Subgenomic Reporter RNA System for Detection of Alphavirus Infection in Mosquitoes

Saint Louis University, United States of America
PLoS ONE (Impact Factor: 3.23). 12/2013; 8(12):e84930. DOI: 10.1371/journal.pone.0084930
Source: PubMed


Current methods for detecting real-time alphavirus (Family Togaviridae) infection in mosquitoes require the use of recombinant viruses engineered to express a visibly detectable reporter protein. These altered viruses expressing fluorescent proteins, usually from a duplicated viral subgenomic reporter, are effective at marking infection but tend to be attenuated due to the modification of the genome. Additionally, field strains of viruses cannot be visualized using this approach unless infectious clones can be developed to insert a reporter protein. To circumvent these issues, we have developed an insect cell-based system for detecting wild-type sindbis virus infection that uses a virus inducible promoter to express a fluorescent reporter gene only upon active virus infection. We have developed an insect expression system that produces sindbis virus minigenomes containing a subgenomic promoter sequence, which produces a translatable RNA species only when infectious virus is present and providing viral replication proteins. This subgenomic reporter RNA system is able to detect wild-type Sindbis infection in cultured mosquito cells. The detection system is relatively species specific and only detects closely related viruses, but can detect low levels of alphavirus specific replication early during infection. A chikungunya virus detection system was also developed that specifically detects chikungunya virus infection. Transgenic Aedes aegypti mosquito families were established that constitutively express the sindbis virus reporter RNA and were found to only express fluorescent proteins during virus infection. This virus inducible reporter system demonstrates a novel approach for detecting non-recombinant virus infection in mosquito cell culture and in live transgenic mosquitoes.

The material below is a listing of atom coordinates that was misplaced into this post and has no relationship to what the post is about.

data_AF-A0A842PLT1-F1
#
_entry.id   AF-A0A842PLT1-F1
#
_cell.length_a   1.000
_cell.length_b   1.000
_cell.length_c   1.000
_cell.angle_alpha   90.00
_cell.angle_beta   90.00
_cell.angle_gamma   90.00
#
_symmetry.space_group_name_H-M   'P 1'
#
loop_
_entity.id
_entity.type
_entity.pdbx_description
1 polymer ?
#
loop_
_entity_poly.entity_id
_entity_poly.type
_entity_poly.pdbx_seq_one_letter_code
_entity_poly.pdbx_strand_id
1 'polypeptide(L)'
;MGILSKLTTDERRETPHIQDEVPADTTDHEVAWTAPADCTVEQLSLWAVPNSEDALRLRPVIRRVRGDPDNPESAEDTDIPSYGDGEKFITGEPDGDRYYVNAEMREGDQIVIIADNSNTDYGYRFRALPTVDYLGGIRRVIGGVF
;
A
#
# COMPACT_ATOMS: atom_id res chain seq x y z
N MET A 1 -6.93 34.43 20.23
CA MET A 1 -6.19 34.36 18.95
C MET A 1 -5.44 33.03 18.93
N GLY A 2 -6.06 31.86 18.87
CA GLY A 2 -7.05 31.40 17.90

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Available from: Alexander We Franz, Nov 12, 2014
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    ABSTRACT: Cell-based reporter systems have facilitated studies of viral replication and pathogenesis, virus detection, and drug susceptibility testing. There are three types of cell-based reporter systems that express certain reporter protein for positive-sense single strand RNA virus infections. The first type is classical reporter system, which relies on recombinant virus, reporter virus particle, or subgenomic replicon. During infection with the recombinant virus or reporter virus particle, the reporter protein is expressed and can be detected in real time in a dose-dependent manner. Using subgenomic replicon, which are genetically engineered viral RNA molecules that are capable of replication but incapable of producing virions, the translation and replication of the replicon could be tracked by the accumulation of reporter protein. The second type of reporter system involves genetically engineered cells bearing virus-specific protease cleavage sequences, which can sense the incoming viral protease. The third type is based on viral replicase, which can report the specific virus infection via detection of the incoming viral replicase. This review specifically focuses on the major technical breakthroughs in the design of cell-based reporter systems and the application of these systems to the further understanding and control of viruses over the past few decades.
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